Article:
Friday, April 30, 2010

Detroit Mayor Backs Off Talk About "Downsizing" City

Posted: April 29, 2010

Bing staff backs off talk about downsizing Detroit

Instead, focus is aimed at stabilizing neighborhoods


For months, the term "rightsizing" has been tossed about Detroit as a way to rein in costs and save tax dollars.

Under a pilot program to shrink the city, residents in two east-side neighborhoods -- East English Village and MorningSide -- would see the demolition of vacant homes, and those families left in isolated blocks would be relocated, based on a preliminary report obtained by the Free Press.

"We need to provide stabilization for these streets," said Kelley Marks, president of the MorningSide neighborhood association.

Yet, the person leading the program was dismissed by Mayor Dave Bing last week, sparking questions as to the status of the project.

While on the campaign trail, during his State of the City address and in interviews with local and national news media, Bing has heralded the importance of a long-term strategy that would use the city's 140 square miles more productively, calling such a move critical to Detroit's survival.

Yet on Wednesday, Bing's staff backed away from what was first characterized as downsizing the city, saying, "We are stabilizing neighborhoods and the city as a result of a reduced population by centralizing resources, not shrinking its borders."

Dan Lijana, a Bing spokesman, said that despite a proposal that was given to the mayor last week, there is no formal plan in place to reshape the city, though additional data collection, analysis and assessments are in progress.

Before being relieved of her duties last Thursday, Darchelle Strickland Love, who was assigned to do special projects for the mayor's office, gave Bing a copy of a proposal called "Neighborhood Stabilization & Reshaping."

Strickland Love's plan includes using two neighborhoods -- East English Village and MorningSide -- in a pilot program to demolish vacant houses, clear debris from lots, identify families to move from isolated blocks to denser neighborhoods, rehabilitate and occupy viable city-owned properties and identify home-improvement opportunities for existing homeowners.

"The administration has received several proposals from internal and external sources dealing with land use and neighborhood stabilization," Lijana said. "Mayor Bing and the administration will continue to move forward to strengthen Detroit's neighborhoods and better utilize the city's 140 square miles of land."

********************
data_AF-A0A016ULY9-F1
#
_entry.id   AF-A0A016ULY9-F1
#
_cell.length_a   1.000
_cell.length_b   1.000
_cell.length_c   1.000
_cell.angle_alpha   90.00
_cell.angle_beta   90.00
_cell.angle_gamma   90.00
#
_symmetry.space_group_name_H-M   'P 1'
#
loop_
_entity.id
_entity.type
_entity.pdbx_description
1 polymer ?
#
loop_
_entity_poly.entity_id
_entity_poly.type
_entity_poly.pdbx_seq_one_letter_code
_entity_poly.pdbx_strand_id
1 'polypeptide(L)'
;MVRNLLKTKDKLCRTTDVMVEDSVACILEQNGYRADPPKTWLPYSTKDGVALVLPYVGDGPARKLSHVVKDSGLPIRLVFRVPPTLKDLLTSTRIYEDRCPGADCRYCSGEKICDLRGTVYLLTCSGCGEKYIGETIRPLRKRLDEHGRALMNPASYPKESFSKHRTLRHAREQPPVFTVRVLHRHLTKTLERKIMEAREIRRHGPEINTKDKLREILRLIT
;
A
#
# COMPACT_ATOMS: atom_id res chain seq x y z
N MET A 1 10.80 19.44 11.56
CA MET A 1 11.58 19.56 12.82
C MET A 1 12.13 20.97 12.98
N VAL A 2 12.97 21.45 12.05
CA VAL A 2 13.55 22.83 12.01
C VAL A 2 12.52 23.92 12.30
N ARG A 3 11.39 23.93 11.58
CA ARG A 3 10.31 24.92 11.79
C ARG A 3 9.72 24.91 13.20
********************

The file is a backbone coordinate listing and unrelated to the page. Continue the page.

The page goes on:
Bing's communications team will not say why Strickland Love was asked to leave.

Strickland Love said she understands that she served at the will of the mayor, but wanted to give her proposal to him before leaving city hall. She said she is fearful that her months of work and the emerging plan crafted with faith-based, philanthropic and neighborhood groups could end up in a recycling bin.

Bing has pledged to demolish 3,000 homes by the end of this year, and 10,000 by the time his first term ends in 2013. Yet the city is dotted by neighborhoods that have only one or two standing houses on a block. The mayor has said the city was built for nearly 2 million residents, yet U.S. Census Bureau numbers are projected to show that the population is hovering around 800,000.

Urban planners have spoken with excitement about Detroit's opportunity to downsize into manageable and stable areas, and use vacant land for city farms. Such a plan would be revolutionary for a large, urban metropolis. Creating swaths of green space or farmland would mean less infrastructure to maintain, fewer streets to patrol and less garbage to pick up.

Vincent Tilford, executive director for Habitat for Humanity Detroit, said he was overjoyed when he learned the city was considering MorningSide as part of a reshaping pilot program -- even if it does not include an immediate downsizing. Habitat has built more than 60 houses and invested about $7 million in the area in the past three years.

"For us, it's about making it a neighborhood of choice and stabilizing it for families," said Tilford, who praised Strickland Love's proposal. "We recognize that there are these opportunities to stabilize the MorningSide community."

Tilford said Strickland Love brought a manageable vision to reshaping the city -- by starting small in one or two areas, learning from successes and failures and then expanding the program. Still, he said, he is hopeful that the ideas of revitalizing neighborhoods will not be lost in any political shuffle.

"It's important to have a strong and consistent partnership with the city," he said. "There's nothing that has been indicated to me that it won't go forward at this point. I'm sure there are others over there that can pick up the ball and run with it."

Marks was encouraged Wednesday to learn that her neighborhood -- with approximately 900 vacant homes -- was being considered as part of the pilot program. She said she's hopeful that however the plan evolves, she and neighbors will benefit.

"When you have vacant house after vacant house, that becomes the demise of a block," said Marks, 31, who moved to the neighborhood in late 2006 and lives next to an abandoned home. "We're constantly in touch with the mayor's office, and we don't give them a chance to forget about us."

Contact SUZETTE HACKNEY: 313-222-6678 or

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